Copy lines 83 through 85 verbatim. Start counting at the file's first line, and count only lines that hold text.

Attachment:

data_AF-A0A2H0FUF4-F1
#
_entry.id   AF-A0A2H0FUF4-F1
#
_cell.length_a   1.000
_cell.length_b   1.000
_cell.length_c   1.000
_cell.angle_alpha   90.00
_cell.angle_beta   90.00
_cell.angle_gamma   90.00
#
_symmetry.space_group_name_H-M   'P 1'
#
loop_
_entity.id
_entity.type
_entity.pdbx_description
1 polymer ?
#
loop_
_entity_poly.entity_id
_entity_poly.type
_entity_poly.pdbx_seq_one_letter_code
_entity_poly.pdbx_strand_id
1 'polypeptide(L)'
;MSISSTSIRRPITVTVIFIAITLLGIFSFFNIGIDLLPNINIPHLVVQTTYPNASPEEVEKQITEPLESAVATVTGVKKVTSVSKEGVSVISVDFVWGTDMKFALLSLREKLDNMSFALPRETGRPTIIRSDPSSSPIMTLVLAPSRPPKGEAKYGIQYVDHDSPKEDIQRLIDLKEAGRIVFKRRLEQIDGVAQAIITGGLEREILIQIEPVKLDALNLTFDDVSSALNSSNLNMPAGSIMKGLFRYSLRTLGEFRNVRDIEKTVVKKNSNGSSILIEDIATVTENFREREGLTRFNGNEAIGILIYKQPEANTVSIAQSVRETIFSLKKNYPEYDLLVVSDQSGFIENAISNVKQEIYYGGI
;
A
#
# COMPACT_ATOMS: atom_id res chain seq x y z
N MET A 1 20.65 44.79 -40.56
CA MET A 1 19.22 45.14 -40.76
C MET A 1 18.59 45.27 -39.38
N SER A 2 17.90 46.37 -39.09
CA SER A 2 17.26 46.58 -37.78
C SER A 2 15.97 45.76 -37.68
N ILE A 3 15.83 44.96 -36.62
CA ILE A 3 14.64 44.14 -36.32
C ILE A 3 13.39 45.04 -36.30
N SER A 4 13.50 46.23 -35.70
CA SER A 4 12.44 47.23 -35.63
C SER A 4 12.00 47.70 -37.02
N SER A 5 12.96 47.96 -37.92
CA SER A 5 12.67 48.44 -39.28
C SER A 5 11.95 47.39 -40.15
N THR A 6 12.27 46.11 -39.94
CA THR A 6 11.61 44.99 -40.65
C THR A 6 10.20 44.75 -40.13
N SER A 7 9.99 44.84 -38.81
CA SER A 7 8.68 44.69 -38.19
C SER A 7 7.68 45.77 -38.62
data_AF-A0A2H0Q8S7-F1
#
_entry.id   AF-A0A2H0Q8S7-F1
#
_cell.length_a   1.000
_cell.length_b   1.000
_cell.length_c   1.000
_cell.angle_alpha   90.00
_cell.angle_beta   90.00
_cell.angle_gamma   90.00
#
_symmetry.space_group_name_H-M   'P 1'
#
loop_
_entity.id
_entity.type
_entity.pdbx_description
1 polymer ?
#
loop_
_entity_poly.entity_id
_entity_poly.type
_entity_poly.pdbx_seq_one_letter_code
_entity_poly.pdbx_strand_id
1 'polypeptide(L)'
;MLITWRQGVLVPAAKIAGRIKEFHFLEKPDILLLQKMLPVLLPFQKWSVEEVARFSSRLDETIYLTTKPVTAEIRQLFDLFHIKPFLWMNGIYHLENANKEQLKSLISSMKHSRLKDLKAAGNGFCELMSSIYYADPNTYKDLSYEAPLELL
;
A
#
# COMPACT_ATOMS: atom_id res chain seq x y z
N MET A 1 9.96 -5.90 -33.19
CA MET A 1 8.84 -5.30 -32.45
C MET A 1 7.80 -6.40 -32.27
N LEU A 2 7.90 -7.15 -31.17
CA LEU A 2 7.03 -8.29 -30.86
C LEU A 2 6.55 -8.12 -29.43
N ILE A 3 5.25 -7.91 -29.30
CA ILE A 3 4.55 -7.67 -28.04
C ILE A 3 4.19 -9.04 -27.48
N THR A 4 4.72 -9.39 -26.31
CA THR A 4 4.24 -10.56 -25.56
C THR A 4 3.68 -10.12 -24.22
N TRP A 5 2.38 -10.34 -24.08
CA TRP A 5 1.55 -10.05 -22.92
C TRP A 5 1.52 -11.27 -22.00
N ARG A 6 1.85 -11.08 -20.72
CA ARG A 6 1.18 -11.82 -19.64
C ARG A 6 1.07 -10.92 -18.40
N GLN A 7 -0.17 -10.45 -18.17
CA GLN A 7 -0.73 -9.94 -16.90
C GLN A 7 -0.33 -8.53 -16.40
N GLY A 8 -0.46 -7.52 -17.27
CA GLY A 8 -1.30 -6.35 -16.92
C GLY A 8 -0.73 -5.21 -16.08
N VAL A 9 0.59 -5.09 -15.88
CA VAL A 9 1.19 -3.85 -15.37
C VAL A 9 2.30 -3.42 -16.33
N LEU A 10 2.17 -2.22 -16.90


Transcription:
CA MET A 1 8.84 -5.30 -32.45
C MET A 1 7.80 -6.40 -32.27
N LEU A 2 7.90 -7.15 -31.17